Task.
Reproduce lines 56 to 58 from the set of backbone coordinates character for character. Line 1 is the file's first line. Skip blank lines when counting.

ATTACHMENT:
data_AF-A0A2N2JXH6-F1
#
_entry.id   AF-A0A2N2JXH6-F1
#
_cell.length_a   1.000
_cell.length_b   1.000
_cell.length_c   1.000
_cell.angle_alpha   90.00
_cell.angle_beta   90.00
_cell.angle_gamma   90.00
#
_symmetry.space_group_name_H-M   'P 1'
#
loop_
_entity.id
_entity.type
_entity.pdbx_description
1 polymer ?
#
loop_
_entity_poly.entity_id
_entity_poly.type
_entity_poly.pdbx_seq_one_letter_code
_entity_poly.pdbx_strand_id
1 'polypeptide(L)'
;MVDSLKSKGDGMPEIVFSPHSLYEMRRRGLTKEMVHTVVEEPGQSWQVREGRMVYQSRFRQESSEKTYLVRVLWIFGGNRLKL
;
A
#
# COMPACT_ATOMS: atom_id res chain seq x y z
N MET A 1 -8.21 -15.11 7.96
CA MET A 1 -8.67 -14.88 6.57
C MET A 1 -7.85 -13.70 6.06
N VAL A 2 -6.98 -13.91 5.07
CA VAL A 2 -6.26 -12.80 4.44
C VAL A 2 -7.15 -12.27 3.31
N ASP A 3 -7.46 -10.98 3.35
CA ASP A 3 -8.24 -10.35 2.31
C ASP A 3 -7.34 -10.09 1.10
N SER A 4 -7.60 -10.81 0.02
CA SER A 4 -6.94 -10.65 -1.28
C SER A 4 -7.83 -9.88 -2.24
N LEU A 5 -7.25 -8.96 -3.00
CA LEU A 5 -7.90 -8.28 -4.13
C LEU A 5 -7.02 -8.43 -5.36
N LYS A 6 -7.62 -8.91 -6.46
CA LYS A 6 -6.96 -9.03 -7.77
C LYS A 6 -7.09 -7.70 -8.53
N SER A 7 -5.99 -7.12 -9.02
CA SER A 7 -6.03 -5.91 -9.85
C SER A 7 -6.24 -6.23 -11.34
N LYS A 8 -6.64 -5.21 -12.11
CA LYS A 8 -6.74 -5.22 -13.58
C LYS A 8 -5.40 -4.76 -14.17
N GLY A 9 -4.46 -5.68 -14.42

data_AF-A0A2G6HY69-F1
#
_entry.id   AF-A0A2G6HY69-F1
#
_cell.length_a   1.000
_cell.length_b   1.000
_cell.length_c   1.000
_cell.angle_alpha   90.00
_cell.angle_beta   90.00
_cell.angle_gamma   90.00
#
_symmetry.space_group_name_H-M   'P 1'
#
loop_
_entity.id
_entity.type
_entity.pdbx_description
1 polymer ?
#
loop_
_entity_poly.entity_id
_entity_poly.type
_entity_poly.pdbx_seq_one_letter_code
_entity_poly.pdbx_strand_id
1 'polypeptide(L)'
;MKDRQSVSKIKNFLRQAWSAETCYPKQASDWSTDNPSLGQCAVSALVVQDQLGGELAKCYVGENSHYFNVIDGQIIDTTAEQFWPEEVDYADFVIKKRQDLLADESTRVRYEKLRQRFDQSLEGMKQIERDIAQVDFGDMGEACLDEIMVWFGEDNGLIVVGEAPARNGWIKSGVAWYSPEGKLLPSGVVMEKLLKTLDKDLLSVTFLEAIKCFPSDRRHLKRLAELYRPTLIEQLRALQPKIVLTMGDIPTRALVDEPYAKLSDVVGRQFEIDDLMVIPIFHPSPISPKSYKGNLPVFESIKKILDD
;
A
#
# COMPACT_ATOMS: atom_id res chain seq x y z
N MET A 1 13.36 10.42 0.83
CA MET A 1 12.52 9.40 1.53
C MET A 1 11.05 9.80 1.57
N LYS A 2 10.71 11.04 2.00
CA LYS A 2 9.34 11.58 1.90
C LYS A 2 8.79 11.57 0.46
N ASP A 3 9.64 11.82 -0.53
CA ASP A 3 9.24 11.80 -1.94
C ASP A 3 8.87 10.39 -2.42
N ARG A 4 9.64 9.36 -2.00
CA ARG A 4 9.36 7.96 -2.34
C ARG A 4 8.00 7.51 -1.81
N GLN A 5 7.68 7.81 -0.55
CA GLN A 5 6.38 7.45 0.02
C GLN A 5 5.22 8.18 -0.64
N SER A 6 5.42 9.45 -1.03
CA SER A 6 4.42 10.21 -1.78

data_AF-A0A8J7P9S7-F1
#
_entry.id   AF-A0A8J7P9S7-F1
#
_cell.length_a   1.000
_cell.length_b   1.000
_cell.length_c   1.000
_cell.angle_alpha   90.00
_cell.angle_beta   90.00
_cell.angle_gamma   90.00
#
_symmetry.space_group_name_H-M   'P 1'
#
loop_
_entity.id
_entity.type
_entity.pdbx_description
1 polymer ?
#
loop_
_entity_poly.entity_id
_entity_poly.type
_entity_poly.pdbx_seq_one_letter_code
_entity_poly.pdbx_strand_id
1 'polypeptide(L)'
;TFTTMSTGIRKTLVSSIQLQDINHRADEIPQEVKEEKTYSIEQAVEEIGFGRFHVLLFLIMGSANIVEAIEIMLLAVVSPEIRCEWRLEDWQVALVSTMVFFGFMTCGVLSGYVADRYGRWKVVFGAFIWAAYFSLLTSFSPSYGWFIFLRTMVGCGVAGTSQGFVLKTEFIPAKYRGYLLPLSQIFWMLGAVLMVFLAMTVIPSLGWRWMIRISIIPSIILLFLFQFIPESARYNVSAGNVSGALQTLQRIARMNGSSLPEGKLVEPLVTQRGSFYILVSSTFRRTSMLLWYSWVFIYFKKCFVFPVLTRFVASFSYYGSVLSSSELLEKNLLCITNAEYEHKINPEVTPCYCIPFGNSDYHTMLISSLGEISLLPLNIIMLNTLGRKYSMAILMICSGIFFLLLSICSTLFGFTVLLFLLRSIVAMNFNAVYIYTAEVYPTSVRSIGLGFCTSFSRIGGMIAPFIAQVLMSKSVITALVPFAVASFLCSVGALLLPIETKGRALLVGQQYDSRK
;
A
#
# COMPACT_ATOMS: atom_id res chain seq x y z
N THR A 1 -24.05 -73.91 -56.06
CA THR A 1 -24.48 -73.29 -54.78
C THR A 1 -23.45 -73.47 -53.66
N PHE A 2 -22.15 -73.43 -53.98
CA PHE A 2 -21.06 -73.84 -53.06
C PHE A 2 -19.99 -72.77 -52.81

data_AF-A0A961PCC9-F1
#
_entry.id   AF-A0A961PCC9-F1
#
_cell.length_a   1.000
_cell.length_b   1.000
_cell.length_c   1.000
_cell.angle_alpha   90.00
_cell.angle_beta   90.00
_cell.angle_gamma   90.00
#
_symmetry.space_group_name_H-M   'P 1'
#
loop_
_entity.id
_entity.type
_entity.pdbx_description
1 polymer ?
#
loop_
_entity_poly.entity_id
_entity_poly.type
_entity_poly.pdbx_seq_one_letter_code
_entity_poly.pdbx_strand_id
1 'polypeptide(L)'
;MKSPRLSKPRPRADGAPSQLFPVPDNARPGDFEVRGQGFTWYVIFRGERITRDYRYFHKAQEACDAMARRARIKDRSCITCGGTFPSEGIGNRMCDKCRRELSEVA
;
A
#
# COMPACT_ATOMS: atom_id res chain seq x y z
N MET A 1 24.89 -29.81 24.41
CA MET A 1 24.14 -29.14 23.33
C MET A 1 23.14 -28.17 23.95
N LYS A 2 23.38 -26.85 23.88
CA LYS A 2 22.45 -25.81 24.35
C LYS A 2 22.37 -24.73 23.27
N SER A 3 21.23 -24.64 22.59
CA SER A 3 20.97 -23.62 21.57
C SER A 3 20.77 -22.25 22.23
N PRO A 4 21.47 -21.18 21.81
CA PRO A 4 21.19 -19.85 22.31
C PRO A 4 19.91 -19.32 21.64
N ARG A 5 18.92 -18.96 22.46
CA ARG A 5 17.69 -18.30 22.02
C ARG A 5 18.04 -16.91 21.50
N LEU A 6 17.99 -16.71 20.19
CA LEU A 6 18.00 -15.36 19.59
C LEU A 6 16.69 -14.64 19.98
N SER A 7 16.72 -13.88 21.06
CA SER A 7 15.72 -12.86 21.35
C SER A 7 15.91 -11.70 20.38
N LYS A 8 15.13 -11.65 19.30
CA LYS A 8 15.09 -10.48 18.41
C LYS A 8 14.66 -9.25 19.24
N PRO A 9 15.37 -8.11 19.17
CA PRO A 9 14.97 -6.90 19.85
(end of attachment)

data_AF-A0A2G6HY69-F1
#
_entry.id   AF-A0A2G6HY69-F1